Written by: Morgan Baker, Jacksonville Media Intern
Jacksonville’s Annual One Spark Crowdfunding festival has ended but the team is still revelling in their success after gaining a whopping 6,700 signatures for an all-inclusive HRO.
One Spark is an annual 6-day festival that allows vendors to showcase their ideas, inventions and social causes. The Jacksonville Coalition for Equality was among the 527 vendors present. We enjoyed working with the massive crowd of attendees.
The festival owners estimate that a record-breaking number of over 320,000 people attended the festival over the duration of the week, and our 45 volunteers made their best effort to engage as many attendees as possible. Many volunteers stayed long after their scheduled shifts and we even had attendees that visited the booth ask to become a part of our volunteer squad. These inspired individuals grabbed T-shirts and clipboards and went off to collect votes and signatures.
The crowd was diverse in many ways. We came across people of all origins, religions, ages and lifestyles. The most common response that we received as we educated the crowd was one of shock. It became very obvious that most of the residents of Jacksonville live in areas that are uneducated on LGBT discrimination. We were able to take this shock and transform it into support, adding to our list of allies.
Jacksonville is the largest city in terms of land mass, meaning that reaching and informing all residents is a difficult task. Some people aren’t able to see the effects of the LGBT community being discriminated against by being denied housing, jobs and basic rights. It is our pleasure and responsibility to educate and inform this group. Jacksonville is the last major city in Florida that does not have a protecting HRO for the LGBT community.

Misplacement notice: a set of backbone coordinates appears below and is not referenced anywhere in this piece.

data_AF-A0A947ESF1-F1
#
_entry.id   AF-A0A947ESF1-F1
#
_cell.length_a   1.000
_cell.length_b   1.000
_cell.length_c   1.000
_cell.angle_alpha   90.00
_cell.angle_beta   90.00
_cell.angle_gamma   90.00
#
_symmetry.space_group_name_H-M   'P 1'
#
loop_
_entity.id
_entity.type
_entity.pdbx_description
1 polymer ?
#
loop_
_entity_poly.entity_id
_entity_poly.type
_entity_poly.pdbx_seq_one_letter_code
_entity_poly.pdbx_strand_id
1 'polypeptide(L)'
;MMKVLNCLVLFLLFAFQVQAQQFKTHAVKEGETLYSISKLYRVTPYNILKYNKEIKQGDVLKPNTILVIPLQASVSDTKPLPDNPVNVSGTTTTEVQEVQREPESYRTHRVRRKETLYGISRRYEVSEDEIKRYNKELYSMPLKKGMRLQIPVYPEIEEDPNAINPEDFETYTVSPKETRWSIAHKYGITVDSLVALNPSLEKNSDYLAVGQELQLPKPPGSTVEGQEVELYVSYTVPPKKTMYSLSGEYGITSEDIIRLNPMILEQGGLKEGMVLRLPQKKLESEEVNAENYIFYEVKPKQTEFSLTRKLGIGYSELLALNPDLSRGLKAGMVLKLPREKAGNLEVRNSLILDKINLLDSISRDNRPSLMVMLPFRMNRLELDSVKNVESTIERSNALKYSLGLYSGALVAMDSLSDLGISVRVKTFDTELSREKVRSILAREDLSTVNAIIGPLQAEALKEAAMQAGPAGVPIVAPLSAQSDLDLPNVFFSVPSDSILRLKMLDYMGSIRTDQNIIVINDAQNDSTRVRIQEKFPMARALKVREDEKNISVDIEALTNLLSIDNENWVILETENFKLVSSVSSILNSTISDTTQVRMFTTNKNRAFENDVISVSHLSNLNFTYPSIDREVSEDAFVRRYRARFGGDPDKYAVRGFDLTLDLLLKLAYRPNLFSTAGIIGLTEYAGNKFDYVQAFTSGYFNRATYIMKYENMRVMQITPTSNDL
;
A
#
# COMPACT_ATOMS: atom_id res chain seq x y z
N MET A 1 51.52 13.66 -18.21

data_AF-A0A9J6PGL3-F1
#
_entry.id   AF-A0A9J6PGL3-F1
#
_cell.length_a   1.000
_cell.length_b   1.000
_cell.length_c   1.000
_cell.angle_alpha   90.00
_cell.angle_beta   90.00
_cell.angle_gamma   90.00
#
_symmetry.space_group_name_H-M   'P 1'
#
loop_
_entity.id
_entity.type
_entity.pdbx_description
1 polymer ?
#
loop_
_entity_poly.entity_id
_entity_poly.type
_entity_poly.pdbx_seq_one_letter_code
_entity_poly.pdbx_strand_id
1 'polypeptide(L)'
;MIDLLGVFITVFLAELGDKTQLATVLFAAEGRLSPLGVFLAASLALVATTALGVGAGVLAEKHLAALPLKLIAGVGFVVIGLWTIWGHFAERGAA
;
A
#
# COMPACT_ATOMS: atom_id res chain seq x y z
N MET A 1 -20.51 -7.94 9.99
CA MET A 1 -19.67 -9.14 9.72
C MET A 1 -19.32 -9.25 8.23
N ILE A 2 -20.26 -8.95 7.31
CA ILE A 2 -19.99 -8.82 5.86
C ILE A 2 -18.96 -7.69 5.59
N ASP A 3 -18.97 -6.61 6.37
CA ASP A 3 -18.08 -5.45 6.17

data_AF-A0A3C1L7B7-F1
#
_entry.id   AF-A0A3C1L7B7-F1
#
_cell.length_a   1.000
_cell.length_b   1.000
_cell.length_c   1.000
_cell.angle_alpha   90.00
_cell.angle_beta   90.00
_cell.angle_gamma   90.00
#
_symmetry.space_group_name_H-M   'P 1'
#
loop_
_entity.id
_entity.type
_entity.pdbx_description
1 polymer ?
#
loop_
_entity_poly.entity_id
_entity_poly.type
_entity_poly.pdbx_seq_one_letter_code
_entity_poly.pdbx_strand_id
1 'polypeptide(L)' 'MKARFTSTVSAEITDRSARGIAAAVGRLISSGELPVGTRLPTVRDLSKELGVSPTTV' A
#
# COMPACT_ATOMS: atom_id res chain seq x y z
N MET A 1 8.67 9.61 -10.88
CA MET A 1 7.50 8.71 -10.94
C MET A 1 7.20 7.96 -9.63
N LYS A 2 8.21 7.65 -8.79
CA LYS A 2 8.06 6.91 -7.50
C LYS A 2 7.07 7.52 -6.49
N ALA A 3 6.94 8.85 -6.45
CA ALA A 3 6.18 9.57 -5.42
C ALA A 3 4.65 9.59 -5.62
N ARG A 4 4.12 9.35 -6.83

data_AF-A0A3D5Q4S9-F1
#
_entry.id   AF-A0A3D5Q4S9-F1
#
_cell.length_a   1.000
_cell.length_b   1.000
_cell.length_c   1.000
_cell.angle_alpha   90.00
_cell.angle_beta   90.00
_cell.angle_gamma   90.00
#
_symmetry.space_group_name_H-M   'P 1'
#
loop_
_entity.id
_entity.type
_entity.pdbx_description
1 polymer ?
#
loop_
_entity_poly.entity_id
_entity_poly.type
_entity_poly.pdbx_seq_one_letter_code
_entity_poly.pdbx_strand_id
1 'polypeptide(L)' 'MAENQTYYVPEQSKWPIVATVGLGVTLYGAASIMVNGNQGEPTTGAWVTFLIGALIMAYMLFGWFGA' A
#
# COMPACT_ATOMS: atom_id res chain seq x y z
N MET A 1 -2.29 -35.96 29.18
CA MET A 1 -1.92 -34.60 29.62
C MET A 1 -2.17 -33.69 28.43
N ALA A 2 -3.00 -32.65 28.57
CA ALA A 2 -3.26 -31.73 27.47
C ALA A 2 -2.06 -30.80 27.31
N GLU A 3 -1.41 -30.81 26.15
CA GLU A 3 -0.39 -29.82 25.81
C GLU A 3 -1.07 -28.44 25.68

The majority of those who hadn’t yet heard about the campaign were happy to sign on to an all-inclusive ordinance to protect the livelihood of hundreds of their neighbors and friends who are living under circumstances of blatant discrimination.
As our crew roamed the crowd with great purpose, we came across many inspirational individuals that gave us greater reason to continue our fight for equality.
One woman shared her story of growing up Southern Baptist and the struggle that her brother faced as a gay man in a small town. This man was alienated from his family because of his sexual orientation. His sister was greatly saddened that people weren’t able to overlook the fact that he was gay and to see what an amazing person he is.
One of our volunteers, Claire, met with a veteran who admitted that he had never been politically supportive of the LGBT community in the past. After years serving in the US Army, this gentleman developed a new understanding of the word freedom. He wanted everyone to know that he fought for the freedom of all US citizens regardless of their sexual orientation or gender identity and expression, as it is a foundational principle of this country.
One woman told us that her friends often question why she feels the need to hold back on applying for certain jobs. The fact of the matter is that, as a transwoman, she fears discrimination upon arriving to an interview. Her fear in a community that doesn’t wholly accept her holds her back from opportunities that most people take for granted.